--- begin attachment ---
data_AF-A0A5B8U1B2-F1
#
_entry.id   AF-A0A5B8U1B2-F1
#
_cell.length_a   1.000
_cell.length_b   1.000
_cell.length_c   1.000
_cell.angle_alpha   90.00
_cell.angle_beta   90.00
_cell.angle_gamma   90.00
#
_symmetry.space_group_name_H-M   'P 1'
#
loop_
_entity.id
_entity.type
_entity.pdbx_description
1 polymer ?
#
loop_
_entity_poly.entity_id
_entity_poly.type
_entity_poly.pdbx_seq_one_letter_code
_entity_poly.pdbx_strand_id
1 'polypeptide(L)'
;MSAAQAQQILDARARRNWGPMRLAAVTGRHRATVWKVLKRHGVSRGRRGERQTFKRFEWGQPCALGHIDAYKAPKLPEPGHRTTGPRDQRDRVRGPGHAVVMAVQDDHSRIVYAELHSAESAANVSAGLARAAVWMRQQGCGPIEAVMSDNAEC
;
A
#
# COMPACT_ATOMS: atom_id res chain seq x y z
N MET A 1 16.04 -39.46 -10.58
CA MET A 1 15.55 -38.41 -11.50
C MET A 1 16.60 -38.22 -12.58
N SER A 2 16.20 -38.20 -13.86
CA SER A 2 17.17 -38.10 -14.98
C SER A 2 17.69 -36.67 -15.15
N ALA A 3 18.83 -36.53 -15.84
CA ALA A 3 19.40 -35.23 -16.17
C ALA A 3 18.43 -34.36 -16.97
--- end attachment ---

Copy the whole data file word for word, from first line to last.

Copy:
data_AF-A0A5B8U1B2-F1
#
_entry.id   AF-A0A5B8U1B2-F1
#
_cell.length_a   1.000
_cell.length_b   1.000
_cell.length_c   1.000
_cell.angle_alpha   90.00
_cell.angle_beta   90.00
_cell.angle_gamma   90.00
#
_symmetry.space_group_name_H-M   'P 1'
#
loop_
_entity.id
_entity.type
_entity.pdbx_description
1 polymer ?
#
loop_
_entity_poly.entity_id
_entity_poly.type
_entity_poly.pdbx_seq_one_letter_code
_entity_poly.pdbx_strand_id
1 'polypeptide(L)'
;MSAAQAQQILDARARRNWGPMRLAAVTGRHRATVWKVLKRHGVSRGRRGERQTFKRFEWGQPCALGHIDAYKAPKLPEPGHRTTGPRDQRDRVRGPGHAVVMAVQDDHSRIVYAELHSAESAANVSAGLARAAVWMRQQGCGPIEAVMSDNAEC
;
A
#
# COMPACT_ATOMS: atom_id res chain seq x y z
N MET A 1 16.04 -39.46 -10.58
CA MET A 1 15.55 -38.41 -11.50
C MET A 1 16.60 -38.22 -12.58
N SER A 2 16.20 -38.20 -13.86
CA SER A 2 17.17 -38.10 -14.98
C SER A 2 17.69 -36.67 -15.15
N ALA A 3 18.83 -36.53 -15.84
CA ALA A 3 19.40 -35.23 -16.17
C ALA A 3 18.43 -34.36 -16.97